On a recent tour a group of turkeys and a very friendly border collie followed the tour members around.

“One of the questions we get asked most often is if different species get along, but they certainly do,” Glas says pointing to a cluster of a cow, two llamas and about a half dozen goats.

And there are many farm animals and exotic animals at the sanctuary. All the animals have a story. Some are refugees from animal husbandry programs, lab experiments, or 4-H projects. Others are rescued from the way to the slaughterhouse or were abused or abandoned. Some are refugees from Hurricane Katrina.

Chenoa is supplying something for a growing trend. Many sanctuaries can’t keep up with the increasing demand to place animals.

“Rob gets hundreds of e-mails,” Glas says. “Other sanctuaries are reaching their limits too.”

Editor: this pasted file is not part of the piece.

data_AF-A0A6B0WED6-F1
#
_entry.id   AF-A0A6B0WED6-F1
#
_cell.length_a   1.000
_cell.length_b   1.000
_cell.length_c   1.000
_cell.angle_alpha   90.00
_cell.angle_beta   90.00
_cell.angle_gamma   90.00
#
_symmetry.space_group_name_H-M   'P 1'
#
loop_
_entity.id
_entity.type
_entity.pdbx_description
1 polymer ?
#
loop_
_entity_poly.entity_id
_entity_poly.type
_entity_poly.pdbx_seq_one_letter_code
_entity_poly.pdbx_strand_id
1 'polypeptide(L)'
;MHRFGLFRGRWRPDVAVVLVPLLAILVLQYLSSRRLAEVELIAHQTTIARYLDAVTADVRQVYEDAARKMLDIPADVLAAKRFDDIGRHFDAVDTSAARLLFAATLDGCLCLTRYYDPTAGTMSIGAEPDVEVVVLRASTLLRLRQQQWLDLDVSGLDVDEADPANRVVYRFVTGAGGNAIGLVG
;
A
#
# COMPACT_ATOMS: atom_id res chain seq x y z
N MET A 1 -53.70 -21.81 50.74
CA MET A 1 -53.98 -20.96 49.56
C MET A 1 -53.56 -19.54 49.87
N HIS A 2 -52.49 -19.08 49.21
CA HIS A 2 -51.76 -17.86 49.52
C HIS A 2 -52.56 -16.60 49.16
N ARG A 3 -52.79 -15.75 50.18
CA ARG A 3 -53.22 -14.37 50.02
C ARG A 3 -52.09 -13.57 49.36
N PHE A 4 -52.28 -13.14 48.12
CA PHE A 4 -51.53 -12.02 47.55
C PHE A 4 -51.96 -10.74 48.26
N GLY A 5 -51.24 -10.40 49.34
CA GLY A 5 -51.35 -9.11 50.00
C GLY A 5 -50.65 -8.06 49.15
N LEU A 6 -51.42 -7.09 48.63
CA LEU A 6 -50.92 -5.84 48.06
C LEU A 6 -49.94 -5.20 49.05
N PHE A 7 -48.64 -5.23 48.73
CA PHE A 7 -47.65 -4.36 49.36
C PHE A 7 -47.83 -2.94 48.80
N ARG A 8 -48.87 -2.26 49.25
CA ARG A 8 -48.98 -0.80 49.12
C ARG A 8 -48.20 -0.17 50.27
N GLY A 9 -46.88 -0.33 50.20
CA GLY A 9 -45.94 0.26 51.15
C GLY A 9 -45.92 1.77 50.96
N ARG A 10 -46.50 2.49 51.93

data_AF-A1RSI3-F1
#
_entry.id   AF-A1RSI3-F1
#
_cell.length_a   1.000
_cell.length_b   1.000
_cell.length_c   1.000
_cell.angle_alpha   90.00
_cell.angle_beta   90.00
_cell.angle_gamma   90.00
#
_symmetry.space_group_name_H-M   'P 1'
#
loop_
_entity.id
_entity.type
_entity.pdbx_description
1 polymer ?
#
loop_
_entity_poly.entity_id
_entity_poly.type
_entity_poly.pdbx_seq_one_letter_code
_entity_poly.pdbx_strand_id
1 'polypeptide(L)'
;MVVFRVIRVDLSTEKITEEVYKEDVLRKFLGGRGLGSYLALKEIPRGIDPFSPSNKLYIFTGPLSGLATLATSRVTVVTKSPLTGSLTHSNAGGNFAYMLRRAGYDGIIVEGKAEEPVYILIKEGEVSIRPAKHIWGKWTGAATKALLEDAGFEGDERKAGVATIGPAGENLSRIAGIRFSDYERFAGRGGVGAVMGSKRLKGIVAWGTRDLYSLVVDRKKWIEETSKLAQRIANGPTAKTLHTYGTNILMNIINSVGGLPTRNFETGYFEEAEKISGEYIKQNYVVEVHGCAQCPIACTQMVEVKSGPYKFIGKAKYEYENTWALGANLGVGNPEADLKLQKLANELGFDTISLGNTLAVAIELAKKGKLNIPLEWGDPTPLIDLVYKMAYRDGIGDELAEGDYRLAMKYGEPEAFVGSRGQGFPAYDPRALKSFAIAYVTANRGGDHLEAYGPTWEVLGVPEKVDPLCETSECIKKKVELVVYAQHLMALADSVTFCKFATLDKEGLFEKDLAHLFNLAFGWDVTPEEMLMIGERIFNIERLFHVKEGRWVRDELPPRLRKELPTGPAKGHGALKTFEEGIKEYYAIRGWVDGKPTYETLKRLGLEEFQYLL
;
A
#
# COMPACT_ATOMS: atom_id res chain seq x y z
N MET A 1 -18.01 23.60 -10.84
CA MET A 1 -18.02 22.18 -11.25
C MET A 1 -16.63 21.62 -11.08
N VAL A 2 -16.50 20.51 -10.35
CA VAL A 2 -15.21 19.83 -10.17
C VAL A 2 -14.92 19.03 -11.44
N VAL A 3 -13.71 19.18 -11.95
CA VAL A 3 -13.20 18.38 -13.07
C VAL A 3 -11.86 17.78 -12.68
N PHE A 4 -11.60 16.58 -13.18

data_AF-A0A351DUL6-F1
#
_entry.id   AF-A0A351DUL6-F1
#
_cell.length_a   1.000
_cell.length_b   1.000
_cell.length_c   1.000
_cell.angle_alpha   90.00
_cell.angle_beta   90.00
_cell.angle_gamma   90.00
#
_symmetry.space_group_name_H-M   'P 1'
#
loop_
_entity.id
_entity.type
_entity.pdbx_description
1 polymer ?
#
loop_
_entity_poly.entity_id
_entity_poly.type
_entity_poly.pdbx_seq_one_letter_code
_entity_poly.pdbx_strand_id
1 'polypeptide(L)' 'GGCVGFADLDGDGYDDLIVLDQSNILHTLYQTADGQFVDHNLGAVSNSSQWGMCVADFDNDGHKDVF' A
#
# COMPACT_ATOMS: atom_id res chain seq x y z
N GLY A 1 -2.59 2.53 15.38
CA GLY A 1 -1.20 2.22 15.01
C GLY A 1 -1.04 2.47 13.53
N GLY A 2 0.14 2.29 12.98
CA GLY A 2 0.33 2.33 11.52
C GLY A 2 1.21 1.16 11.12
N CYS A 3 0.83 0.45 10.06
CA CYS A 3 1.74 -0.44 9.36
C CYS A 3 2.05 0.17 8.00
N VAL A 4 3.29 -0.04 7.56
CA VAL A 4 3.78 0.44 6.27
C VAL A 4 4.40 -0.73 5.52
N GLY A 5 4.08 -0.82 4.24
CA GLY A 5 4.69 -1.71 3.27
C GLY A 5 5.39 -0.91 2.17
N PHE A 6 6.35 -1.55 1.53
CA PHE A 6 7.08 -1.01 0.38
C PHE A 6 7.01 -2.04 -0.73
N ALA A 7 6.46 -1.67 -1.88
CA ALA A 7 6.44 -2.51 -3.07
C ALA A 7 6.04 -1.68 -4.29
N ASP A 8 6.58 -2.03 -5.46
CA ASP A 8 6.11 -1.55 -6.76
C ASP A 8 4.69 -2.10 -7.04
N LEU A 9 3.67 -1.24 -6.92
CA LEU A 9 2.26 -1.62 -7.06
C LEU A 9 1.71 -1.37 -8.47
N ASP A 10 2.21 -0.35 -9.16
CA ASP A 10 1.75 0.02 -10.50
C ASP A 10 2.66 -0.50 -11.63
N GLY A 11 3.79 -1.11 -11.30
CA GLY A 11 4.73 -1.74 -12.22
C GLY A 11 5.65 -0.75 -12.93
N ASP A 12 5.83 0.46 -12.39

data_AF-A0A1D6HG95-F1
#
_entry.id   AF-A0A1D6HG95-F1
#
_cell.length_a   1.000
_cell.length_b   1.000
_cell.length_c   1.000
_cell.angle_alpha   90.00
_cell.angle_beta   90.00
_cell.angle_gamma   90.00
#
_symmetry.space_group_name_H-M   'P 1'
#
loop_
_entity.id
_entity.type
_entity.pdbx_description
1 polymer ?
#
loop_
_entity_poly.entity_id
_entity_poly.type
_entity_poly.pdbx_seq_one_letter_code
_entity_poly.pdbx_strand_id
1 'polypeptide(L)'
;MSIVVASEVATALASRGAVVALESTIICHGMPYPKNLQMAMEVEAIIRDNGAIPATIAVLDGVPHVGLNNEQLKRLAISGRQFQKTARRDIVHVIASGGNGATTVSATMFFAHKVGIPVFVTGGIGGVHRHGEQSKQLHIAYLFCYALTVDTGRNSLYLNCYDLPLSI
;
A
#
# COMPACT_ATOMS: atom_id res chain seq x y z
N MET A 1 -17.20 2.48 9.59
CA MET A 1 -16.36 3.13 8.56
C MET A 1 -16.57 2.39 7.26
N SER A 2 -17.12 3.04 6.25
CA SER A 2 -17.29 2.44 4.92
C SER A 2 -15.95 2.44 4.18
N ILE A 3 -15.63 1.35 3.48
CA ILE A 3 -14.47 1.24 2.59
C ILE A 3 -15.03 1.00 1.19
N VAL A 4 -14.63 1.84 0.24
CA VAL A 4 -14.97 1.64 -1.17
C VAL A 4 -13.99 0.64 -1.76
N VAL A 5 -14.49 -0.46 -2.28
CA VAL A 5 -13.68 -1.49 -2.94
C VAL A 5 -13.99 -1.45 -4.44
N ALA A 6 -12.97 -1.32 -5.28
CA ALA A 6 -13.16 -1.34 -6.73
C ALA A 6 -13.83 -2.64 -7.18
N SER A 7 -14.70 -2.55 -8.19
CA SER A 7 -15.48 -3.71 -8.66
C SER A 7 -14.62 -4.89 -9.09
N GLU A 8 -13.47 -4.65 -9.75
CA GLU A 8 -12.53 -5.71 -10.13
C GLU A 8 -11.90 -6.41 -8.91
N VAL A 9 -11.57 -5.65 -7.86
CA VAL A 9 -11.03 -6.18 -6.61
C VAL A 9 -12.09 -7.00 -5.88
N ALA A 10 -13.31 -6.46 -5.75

To accommodate the growing number of animals, changes are underway.

The 200-year old historical barn at Chenoa Manor has been
partially restored, but 
needs more donations to house more
animals and to be expanded into an arts center.
The sanctuary’s historic 200-year old barn has been partially renovated, but will take about $150,000 more to complete. And the barn may also be a place for art and some occasional fine dining. Plans are for art programs to be set up in the barn. Art has been a part of the barn for what may be centuries. On the tour Glas pointed out a mural embedded in the barn wall. Some Lenape words were above what appear to be faces. It’s unknown how the mural got there or what it signifies. Even a representative from the Smithsonian couldn’t figure it out. Which may be just as well – there’s something alluring about the mystery of its origins.